Referring now to FIG. 7, the present invention operates to detect where the binder, e.g., asphalt emulsion, is on the road surface 34 and then adjusts the dispensing means accordingly to dispense the loose aggregate onto the binder and avoid dispensing aggregate onto parts of the road having no binder. It will be appreciated by those skilled in the art that various approaches could be taken in accomplishing this invention. FIG. 7 is only meant as illustrative of the presently preferred embodiment of the present invention. The flow diagram shown in FIG. 7 could be modified in various ways and still be within the scope of the present invention.
When the present invention is first started, in current design, it is given calibration data to calibrate 110 the sensor control system. The approximate temperature and location of the asphalt binder in relation to the chip spreader is input to the controller 88. The controller 88 may then assign those temperature signals coming from the gates 38 over the asphalt binder as indicative that asphalt binder is present. In addition, the controller 88 may assign the other temperature signals coming from gates 38 not over binder as signals indicative that the respective gate 38 is not over binder. Once the controller 88 has this calibration data, it may determine a range of temperature signals that would indicate the presence of asphalt binder. If the temperature signal is not within that range, the controller 88, in current design, will assume that the signal comes from a gate 38 not over binder.
The controller 88 may then enter its main operation loop 112. The sensors 80 sense 114 the temperature signals from the road surface 34. Then these signals are communicated 116 to the controller 88. The controller 88 then compares 118 the temperature signals to each other. After the controller 88 has compared all the temperature signals, it groups 120 the signals together into a number of groups based on their closeness in relative temperature. In current design, the controller 88 operates under the assumption that the patch of binder placed on the roadway is continuous in its width. This is illustrated and discussed in relation to FIGS. 2 and 3.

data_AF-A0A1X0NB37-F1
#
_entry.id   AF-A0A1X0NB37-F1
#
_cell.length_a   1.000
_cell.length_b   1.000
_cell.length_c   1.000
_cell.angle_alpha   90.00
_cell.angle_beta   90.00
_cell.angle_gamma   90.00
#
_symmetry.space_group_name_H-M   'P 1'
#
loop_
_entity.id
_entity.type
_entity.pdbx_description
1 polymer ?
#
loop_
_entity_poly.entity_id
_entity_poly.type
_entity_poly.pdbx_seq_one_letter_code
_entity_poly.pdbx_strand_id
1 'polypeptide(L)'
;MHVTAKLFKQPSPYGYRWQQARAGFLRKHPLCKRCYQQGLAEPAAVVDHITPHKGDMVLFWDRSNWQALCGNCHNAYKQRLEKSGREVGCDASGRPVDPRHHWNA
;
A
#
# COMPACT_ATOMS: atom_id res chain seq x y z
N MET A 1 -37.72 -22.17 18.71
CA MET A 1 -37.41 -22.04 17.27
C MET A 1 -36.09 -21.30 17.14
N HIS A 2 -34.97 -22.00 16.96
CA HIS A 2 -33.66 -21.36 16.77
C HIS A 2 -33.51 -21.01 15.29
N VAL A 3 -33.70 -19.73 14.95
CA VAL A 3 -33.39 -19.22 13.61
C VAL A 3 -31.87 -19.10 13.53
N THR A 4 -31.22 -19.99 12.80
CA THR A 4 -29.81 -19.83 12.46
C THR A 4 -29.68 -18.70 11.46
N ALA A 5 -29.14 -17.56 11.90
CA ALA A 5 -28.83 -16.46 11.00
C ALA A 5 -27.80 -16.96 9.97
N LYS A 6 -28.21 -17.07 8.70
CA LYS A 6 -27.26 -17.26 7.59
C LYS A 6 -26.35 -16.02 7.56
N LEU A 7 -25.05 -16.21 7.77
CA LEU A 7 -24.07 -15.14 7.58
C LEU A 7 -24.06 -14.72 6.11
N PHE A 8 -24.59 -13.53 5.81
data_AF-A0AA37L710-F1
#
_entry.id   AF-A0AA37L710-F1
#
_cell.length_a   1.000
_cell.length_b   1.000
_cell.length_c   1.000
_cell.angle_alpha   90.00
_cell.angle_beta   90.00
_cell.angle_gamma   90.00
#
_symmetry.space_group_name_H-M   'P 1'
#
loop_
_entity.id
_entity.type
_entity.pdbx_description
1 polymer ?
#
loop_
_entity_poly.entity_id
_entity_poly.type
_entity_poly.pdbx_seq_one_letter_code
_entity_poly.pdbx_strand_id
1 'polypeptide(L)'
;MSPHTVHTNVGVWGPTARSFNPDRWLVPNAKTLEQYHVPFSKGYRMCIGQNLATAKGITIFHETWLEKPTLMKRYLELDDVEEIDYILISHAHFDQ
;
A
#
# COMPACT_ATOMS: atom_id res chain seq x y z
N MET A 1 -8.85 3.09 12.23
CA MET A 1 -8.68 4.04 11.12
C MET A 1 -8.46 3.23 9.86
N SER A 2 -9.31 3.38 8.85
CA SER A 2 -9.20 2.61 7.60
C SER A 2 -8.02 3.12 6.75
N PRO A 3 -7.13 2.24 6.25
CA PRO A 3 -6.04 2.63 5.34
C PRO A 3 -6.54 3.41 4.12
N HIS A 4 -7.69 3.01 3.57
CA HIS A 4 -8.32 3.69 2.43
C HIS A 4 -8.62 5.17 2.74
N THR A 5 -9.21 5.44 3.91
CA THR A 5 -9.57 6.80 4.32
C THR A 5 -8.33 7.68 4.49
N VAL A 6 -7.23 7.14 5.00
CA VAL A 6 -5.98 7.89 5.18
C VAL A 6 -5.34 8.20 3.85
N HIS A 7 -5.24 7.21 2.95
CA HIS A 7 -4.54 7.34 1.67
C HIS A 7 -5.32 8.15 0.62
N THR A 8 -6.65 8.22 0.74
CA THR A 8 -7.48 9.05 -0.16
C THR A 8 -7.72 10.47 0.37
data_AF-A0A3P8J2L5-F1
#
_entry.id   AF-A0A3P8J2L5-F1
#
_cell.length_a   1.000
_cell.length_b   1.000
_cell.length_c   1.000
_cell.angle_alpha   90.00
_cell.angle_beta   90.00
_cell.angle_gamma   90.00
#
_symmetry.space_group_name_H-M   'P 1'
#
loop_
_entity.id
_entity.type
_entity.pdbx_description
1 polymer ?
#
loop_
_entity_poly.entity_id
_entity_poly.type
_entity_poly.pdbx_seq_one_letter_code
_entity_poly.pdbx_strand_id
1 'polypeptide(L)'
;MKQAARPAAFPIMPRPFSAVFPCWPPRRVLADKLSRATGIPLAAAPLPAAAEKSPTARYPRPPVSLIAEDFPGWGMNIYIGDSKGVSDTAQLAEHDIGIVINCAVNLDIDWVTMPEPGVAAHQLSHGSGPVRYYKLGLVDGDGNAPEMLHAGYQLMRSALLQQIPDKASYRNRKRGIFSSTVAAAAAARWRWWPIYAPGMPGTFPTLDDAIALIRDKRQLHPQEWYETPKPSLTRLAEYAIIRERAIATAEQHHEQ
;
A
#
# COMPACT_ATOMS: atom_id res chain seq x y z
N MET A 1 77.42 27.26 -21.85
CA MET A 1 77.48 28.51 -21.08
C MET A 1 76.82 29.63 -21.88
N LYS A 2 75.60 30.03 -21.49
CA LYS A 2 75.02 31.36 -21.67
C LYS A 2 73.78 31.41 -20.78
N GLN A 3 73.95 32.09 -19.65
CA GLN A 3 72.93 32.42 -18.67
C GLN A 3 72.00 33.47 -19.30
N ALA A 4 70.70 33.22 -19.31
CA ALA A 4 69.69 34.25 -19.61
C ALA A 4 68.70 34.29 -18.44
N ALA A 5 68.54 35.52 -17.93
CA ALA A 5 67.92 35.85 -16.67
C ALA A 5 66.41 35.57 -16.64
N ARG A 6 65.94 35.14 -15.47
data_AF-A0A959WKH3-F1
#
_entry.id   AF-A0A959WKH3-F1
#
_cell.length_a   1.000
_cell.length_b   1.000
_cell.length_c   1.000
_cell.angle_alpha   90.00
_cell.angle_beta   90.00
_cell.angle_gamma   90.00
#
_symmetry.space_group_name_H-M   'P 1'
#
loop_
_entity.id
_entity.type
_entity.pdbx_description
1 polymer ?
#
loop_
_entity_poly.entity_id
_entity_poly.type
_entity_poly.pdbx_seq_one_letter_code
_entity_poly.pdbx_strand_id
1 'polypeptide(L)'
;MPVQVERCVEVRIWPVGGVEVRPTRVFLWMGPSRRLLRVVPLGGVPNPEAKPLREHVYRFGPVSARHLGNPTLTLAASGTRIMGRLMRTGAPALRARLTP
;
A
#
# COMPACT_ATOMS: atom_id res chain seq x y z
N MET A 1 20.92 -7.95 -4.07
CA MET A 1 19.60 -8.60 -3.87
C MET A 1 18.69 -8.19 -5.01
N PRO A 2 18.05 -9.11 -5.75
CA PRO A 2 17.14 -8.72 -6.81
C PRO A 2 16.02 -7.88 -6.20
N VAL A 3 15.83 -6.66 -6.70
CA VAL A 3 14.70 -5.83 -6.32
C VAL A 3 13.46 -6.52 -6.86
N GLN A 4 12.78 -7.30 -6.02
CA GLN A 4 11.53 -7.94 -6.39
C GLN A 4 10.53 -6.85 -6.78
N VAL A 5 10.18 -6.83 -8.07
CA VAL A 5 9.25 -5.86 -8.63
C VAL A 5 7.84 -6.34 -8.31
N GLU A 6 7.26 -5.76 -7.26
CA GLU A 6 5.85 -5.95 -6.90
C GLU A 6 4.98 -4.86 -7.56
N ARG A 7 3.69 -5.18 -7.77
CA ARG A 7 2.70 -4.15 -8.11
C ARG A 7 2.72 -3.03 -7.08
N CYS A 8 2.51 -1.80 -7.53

Based upon the calibration data, the controller 88 then determines which group is the binder, and which, if any, groups are not over binder. The controller causes 122 the group over the binder to dispense aggregate, and any groups not over binder to close or remain closed. After it has made this determination, the present invention iterates through the main operating loop 112 again by sensing 114 temperature signals and communicating 116 them to the controller 88. It will be appreciated by those skilled in the art that the sensors 80 are continuously outputing a signal, and that this signal is being continuously communicated to a point where the controller 88 could poll it. The controller 88, in current design, is iterating through its control loop 112 while the sensors 80 are continuously sensing road surface characteristics.
In FIG. 8 a more detailed flow diagram is shown that describes the presently preferred method of operating the present invention. As with FIG. 7, various modifications could be made to the flow diagram of FIG. 8 without detracting from the scope of the present invention. As discussed, when the aggregate spreader 10 begins operation with the present invention, it first is calibrated for sensing the binder on the surface of the roadway. Presently, the aggregate spreader operator maneuvers the spreader 10 over a portion of binder and then enters 114 a gate 38 number positioned over binder into the PLC 88 through an input device 69. The PLC 88 then reads in the sensor value from that gate's sensor 80 and defines that signal as indicative of binder. Once this calibration is complete, the controller 88 enters it main operation loop.
The PLC 88 reads 116 in a value from a sensor 80. The signal from the sensor 80 presently is communicated through the components as shown and described in FIG. 5. As shown in FIG. 8, the PLC 88 will continue to iterate and read 116 in the sensor 80 signal values until all the sensor 80 signal values have been read in.